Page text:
Tuesday, September 30, 2008

Think Ahead Time

Even before Freddie Mae and Fannie Mac began their torrid slide down the economic plughole way back in July, the world's financial situation was not looking good. Markets were sliding, slowly, point by point to oblivion. According to the press at least. Almost a quarter has elapsed since the mid-summer crisis and yet still we are perpetually stricken with panic, despite small personal losses. Here's why: it sells newspapers.
Unfortunately, Murdoch & co.'s impact on our predicament is, perhaps, the driving factor in its continuity. That isn't to put the blame solely on the shoulders of our business editors, but if the media industry wasn't thriving off our economic downfall then perhaps less alarm would have spread through global markets, perhaps the latest in a long series of Wall Street flops would not have such dire consequences.
For once, I agree with our President, George W. Bush. Dire straits call for drastic actions and if that means halting economic reportage for the meantime, so be it. Of course, actual monetary reimbursement at some level of society is more pressing but with power comes responsibility, something great swaths of the media too often forget.
Whilst a social collapse akin to the Great Depression has all but been prevented thanks to insurance of savings at up to $100,000, the world would not have been as badly affected had the press exercised a little care. Sure, the people have a right to know but was the knowledge really beneficial?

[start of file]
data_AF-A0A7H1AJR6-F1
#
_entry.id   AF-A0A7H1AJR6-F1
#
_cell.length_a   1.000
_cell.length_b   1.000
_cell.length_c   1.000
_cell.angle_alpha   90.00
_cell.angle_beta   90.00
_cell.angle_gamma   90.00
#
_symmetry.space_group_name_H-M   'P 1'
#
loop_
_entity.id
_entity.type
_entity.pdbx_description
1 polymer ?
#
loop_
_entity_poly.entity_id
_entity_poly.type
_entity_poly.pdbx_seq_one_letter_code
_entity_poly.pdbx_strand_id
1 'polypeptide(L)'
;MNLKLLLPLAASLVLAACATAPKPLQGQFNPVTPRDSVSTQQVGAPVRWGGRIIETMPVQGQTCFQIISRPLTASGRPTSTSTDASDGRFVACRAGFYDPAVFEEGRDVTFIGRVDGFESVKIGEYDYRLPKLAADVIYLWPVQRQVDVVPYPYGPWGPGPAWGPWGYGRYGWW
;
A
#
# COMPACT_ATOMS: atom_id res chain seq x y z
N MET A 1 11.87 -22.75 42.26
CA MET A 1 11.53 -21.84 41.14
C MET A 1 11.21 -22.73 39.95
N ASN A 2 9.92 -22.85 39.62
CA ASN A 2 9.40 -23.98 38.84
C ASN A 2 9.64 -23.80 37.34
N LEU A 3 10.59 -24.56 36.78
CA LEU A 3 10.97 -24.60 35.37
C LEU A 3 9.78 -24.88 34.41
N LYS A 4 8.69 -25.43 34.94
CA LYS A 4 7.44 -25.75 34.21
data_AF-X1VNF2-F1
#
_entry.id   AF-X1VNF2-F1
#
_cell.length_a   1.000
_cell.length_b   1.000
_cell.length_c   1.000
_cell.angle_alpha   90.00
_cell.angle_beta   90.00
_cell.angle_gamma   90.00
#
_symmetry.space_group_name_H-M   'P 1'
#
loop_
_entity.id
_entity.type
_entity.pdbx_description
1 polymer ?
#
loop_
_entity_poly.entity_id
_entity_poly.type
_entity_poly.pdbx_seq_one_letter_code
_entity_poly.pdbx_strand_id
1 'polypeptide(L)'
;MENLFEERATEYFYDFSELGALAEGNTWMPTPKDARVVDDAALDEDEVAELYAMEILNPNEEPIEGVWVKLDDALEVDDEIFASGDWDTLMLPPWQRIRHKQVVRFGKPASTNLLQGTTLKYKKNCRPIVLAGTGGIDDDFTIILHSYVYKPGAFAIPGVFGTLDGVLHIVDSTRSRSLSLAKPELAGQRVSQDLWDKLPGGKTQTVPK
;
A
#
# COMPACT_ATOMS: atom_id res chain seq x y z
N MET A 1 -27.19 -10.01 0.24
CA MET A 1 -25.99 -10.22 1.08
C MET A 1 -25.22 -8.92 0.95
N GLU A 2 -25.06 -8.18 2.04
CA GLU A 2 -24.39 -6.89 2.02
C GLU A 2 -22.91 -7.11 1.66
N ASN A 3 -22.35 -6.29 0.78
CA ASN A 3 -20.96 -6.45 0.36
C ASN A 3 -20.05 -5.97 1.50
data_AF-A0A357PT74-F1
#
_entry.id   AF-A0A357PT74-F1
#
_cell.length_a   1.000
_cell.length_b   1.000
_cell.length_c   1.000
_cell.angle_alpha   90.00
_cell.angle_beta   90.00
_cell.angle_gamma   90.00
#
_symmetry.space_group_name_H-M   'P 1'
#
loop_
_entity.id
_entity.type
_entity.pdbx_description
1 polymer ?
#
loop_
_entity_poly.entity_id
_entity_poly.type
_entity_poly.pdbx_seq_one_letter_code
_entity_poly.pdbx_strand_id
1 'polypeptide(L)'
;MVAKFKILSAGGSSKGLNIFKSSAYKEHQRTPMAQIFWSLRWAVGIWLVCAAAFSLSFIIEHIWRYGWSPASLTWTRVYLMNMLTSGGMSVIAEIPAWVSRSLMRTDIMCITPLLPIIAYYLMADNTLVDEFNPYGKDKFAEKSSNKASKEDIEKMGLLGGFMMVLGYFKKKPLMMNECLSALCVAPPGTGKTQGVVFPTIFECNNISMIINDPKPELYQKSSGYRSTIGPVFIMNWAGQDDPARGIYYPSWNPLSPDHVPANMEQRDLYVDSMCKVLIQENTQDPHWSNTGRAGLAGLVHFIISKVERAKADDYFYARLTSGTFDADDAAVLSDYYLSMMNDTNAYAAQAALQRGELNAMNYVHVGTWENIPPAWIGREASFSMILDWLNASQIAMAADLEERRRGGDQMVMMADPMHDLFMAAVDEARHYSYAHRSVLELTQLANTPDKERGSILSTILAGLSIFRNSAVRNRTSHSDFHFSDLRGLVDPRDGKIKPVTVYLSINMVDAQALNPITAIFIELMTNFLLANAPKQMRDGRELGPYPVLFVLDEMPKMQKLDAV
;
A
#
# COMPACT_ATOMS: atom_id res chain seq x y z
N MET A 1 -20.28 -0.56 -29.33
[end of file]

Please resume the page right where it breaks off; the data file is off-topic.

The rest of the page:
Our leaders have learned that hyper-inflation is most certainly not the way to go but nonetheless, frivolities will have to be cut down on and societies unified. So what message does it show us when Bush, desperately trying to push the $700 bail-out through Congree, is vetoed by his own party? Only 40% of Republicans backed the plan, compared to 60% of the Pelosi-led Democrats. Hopefully the voters read this, because it really would make very little sense to elect into office a ticket that doesn't mind the people being financially crippled. Once more, Vote Obama. So far, we've figured out that it will do the world a world of good. How about some goodness for ourselves too?

Sunday, September 28, 2008

Referendums and Me

Just a little politics homework you might find interesting

The United Kingdom claims to be a Liberal Democracy. Criticism of that statement has come from a great array of people, home and abroad. The esteemed French philosopher Voltaire once said that “Britai

n is free for one day every four years.” At the time, the franchise barely expanding beyond the aristocratic elite, bringing further truth to Voltaire’s

words but after at least 250 years of all sorts of electoral reform, the legitimacy of the British democracy is still in question.

To counter such claims, Edward Heath’s Conservative government se

t a trend and issued a referendum on Northern Ireland in 1973. For a party that traditionally – since the time of the Whigs – has been the most out of touch with voters, this represented a trend to em

phasise the democracy. However, there are serious issues surrounding its usage, at least in the UK. Rare

ly are they issued to the whole country and rarely is the issue particularly important for the whole population. For instance, no referendum was issued on either significant military action since 2000 or on the potential institution of the Eur

o. In the UK it seems that referendums are primarily used to give false legitimacy to governments which have become isolated from the electorate. T

hat’s not to say that devolution should be taken lightly but there are many more pressing issues. Voltaire was right; people here are only

free once every four years.

Thankfully however, as a Dutch Californian, at least half of me come from a very democratic background. Whilst in Holland there is no legislation that allows for binding referenda, my motherland is one of the most democratic areas on the planet.